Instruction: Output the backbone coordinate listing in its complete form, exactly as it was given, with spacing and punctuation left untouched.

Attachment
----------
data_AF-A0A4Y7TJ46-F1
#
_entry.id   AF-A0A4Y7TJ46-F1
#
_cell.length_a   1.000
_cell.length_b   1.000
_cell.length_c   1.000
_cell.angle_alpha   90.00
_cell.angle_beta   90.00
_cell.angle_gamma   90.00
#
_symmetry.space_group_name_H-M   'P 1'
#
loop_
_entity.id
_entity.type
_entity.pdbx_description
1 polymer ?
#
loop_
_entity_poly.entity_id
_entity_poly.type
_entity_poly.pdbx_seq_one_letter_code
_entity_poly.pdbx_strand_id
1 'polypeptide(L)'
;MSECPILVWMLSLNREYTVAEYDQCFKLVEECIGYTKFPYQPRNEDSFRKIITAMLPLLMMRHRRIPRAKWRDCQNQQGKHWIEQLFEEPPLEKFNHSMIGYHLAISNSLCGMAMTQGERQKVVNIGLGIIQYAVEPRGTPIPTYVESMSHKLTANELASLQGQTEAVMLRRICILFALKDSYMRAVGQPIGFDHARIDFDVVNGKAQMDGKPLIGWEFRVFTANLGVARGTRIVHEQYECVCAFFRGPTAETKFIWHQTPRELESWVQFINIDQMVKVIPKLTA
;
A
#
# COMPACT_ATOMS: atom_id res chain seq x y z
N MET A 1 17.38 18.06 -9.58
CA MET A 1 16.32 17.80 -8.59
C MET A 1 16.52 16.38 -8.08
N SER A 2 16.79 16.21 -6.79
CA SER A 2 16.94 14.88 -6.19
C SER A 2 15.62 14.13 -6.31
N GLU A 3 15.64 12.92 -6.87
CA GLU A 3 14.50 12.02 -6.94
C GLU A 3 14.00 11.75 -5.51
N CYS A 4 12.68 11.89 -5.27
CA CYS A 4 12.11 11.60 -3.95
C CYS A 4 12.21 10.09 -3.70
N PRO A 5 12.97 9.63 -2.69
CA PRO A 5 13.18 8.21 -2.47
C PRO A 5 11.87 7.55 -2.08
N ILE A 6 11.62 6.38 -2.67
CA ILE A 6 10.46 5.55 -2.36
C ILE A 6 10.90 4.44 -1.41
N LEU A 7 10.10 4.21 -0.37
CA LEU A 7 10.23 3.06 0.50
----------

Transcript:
data_AF-A0A4Y7TJ46-F1
#
_entry.id   AF-A0A4Y7TJ46-F1
#
_cell.length_a   1.000
_cell.length_b   1.000
_cell.length_c   1.000
_cell.angle_alpha   90.00
_cell.angle_beta   90.00
_cell.angle_gamma   90.00
#
_symmetry.space_group_name_H-M   'P 1'
#
loop_
_entity.id
_entity.type
_entity.pdbx_description
1 polymer ?
#
loop_
_entity_poly.entity_id
_entity_poly.type
_entity_poly.pdbx_seq_one_letter_code
_entity_poly.pdbx_strand_id
1 'polypeptide(L)'
;MSECPILVWMLSLNREYTVAEYDQCFKLVEECIGYTKFPYQPRNEDSFRKIITAMLPLLMMRHRRIPRAKWRDCQNQQGKHWIEQLFEEPPLEKFNHSMIGYHLAISNSLCGMAMTQGERQKVVNIGLGIIQYAVEPRGTPIPTYVESMSHKLTANELASLQGQTEAVMLRRICILFALKDSYMRAVGQPIGFDHARIDFDVVNGKAQMDGKPLIGWEFRVFTANLGVARGTRIVHEQYECVCAFFRGPTAETKFIWHQTPRELESWVQFINIDQMVKVIPKLTA
;
A
#
# COMPACT_ATOMS: atom_id res chain seq x y z
N MET A 1 17.38 18.06 -9.58
CA MET A 1 16.32 17.80 -8.59
C MET A 1 16.52 16.38 -8.08
N SER A 2 16.79 16.21 -6.79
CA SER A 2 16.94 14.88 -6.19
C SER A 2 15.62 14.13 -6.31
N GLU A 3 15.64 12.92 -6.87
CA GLU A 3 14.50 12.02 -6.94
C GLU A 3 14.00 11.75 -5.51
N CYS A 4 12.68 11.89 -5.27
CA CYS A 4 12.11 11.60 -3.95
C CYS A 4 12.21 10.09 -3.70
N PRO A 5 12.97 9.63 -2.69
CA PRO A 5 13.18 8.21 -2.47
C PRO A 5 11.87 7.55 -2.08
N ILE A 6 11.62 6.38 -2.67
CA ILE A 6 10.46 5.55 -2.36
C ILE A 6 10.90 4.44 -1.41
N LEU A 7 10.10 4.21 -0.37
CA LEU A 7 10.23 3.06 0.50